One easy way to get started at programming is to examine some typical
interactions with an interpreter for the Scheme dialect of Lisp.
Imagine that you are sitting at a computer terminal. You type an *
expression*, and the interpreter responds by displaying the result
of its * evaluating* that expression.

One kind of primitive expression you might type is a number. (More precisely, the expression that you type consists of the numerals that represent the number in base 10.) If you present Lisp with a number

`
486`

`
`
the interpreter will respond by printing ^{5}

`
486`

Expressions representing numbers may be combined with an expression representing a primitive procedure (such as + or ) to form a compound expression that represents the application of the procedure to those numbers. For example:

`
(+ 137 349)
486
`

`
(- 1000 334)
666
`

`
( 5 99)
495
`

`
(/ 10 5)
2
`

`
(+ 2.7 10)
12.7`

Expressions such as these, formed by delimiting a list of expressions
within parentheses in order to denote procedure application, are
called * combinations*. The leftmost element in the list is
called the * operator*, and the other elements are called *
operands*. The value combination is obtained by applying the
procedure specified by the operator to the * arguments* that
are the values of the operands.

The convention of placing the operator to the left of the operands is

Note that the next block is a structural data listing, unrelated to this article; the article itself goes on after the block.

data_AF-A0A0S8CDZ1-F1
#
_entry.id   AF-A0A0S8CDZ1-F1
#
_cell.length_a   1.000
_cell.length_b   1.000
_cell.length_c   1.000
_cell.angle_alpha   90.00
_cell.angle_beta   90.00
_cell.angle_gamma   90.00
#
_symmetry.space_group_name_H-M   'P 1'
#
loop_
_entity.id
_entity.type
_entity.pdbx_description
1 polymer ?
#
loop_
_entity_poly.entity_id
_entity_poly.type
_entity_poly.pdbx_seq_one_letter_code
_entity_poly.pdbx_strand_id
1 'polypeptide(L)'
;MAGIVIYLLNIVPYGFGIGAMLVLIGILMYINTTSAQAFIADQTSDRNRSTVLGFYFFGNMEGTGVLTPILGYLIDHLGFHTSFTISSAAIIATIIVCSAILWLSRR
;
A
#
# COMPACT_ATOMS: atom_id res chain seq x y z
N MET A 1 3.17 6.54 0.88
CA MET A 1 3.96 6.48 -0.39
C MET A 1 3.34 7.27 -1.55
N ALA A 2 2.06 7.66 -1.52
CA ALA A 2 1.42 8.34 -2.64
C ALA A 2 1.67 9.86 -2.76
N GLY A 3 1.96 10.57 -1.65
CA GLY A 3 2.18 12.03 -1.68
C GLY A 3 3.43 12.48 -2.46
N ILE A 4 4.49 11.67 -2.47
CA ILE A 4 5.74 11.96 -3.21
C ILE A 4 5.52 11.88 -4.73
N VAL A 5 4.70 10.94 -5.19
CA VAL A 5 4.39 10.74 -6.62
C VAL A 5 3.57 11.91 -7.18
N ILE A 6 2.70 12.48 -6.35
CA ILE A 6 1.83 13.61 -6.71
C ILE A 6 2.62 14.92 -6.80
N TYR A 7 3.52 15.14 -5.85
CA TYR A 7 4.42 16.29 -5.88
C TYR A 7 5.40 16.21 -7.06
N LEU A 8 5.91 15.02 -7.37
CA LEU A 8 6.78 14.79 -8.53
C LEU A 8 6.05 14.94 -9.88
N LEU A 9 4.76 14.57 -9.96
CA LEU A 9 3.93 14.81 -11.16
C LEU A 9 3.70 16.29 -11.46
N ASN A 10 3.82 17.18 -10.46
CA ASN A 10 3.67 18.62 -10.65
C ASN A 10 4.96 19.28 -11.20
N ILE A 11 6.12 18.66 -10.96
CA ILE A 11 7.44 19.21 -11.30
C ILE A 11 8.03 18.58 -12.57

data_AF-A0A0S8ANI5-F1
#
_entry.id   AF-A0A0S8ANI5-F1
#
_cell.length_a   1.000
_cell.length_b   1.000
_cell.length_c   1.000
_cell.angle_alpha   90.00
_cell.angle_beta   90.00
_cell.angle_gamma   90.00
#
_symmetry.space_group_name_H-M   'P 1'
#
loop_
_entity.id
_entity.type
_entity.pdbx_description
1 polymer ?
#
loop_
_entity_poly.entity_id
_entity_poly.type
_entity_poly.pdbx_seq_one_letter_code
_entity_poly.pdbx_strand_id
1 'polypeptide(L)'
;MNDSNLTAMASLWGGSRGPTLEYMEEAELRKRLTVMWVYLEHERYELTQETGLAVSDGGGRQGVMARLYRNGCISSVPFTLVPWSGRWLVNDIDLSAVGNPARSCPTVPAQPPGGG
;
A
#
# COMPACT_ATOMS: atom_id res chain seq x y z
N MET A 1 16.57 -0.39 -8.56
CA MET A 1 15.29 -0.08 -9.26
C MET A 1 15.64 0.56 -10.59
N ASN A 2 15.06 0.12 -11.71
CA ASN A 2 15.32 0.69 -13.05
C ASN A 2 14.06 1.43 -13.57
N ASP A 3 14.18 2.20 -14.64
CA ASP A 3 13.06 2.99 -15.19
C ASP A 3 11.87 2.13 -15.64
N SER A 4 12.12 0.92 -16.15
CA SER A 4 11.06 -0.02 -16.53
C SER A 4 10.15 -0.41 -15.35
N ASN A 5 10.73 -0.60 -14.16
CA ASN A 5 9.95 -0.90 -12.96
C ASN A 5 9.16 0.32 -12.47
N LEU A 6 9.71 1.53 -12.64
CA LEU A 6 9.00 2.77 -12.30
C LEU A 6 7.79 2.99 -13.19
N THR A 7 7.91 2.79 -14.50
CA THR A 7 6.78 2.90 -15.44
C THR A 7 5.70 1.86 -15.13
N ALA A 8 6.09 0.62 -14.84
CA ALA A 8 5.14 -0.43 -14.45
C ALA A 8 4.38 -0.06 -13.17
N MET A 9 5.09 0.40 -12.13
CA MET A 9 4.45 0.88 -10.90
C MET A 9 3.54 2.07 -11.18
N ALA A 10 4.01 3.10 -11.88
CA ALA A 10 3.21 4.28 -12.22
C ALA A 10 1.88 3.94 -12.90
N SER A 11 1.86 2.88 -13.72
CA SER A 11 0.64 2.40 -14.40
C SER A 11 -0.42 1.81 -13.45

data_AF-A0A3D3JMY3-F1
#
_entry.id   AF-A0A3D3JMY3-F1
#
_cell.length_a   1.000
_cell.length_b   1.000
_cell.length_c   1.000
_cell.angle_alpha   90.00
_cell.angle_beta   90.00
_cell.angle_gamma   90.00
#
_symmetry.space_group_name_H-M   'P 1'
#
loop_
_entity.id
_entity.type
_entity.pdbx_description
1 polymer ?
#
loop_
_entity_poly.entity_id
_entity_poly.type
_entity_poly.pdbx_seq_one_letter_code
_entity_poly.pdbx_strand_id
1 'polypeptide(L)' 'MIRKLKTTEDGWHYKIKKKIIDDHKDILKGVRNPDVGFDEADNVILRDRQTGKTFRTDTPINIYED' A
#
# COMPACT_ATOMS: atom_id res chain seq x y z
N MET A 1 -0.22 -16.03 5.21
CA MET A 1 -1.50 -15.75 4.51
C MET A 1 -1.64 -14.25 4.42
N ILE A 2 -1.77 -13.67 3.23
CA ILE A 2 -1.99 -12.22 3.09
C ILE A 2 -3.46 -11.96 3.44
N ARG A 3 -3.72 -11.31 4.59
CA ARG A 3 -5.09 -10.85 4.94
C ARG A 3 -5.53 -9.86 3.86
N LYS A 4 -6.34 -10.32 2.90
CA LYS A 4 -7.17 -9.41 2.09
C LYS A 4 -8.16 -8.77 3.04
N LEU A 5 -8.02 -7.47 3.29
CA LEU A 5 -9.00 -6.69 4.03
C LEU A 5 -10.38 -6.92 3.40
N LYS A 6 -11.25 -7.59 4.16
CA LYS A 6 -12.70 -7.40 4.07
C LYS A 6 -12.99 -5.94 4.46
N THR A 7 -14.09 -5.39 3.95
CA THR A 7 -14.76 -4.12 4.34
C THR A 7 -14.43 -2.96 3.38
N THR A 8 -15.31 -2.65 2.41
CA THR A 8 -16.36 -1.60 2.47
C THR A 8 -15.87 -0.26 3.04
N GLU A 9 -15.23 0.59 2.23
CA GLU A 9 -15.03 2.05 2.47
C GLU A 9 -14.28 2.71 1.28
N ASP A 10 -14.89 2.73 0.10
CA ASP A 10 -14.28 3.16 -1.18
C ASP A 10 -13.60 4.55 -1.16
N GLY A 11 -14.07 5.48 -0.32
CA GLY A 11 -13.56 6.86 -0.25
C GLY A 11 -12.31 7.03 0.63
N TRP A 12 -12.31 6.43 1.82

known as * prefix notation*, and it may be somewhat confusing
at first because it departs significantly from the customary
mathematical convention. Prefix notation has several advantages,
however. One of them is that it can accommodate procedures that may
take an arbitrary number of arguments, as in the following examples:

`
(+ 21 35 12 7)
75
`

`
( 25 4 12)
1200`

No ambiguity can arise, because the operator is always the leftmost element and the entire combination is delimited by the parentheses.

A second advantage of prefix notation is that it extends in a
straightforward way to allow combinations to be * nested*, that
is, to have combinations whose elements are themselves combinations:

`
(+ ( 3 5) (- 10 6))
19`

There is no limit (in principle) to the depth of such nesting and to the overall complexity of the expressions that the Lisp interpreter can evaluate. It is we humans who get confused by still relatively simple expressions such as

`
(+ (* 3 (+ (* 2 4) (+ 3 5))) (+ (- 10 7) 6))`

which the interpreter would readily evaluate to be 57. We can help ourselves by writing such an expression in the form

(+ ( 3 (+ ( 2 4) (+ 3 5))) (+ (- 10 7) 6))

following a formatting convention known as * pretty-printing*,
in which each long combination is written so that the operands are
aligned vertically. The resulting indentations display clearly the
structure of the expression. ^{6}

Even with complex expressions, the interpreter always operates in the
same basic cycle: It reads an expression from the terminal, evaluates
the expression, and prints the result. This mode of operation is
often expressed by saying that the interpreter runs in a *
read-eval-print loop*. Observe in particular that it is not
necessary to explicitly instruct the interpreter to print the value of
the expression. ^{7}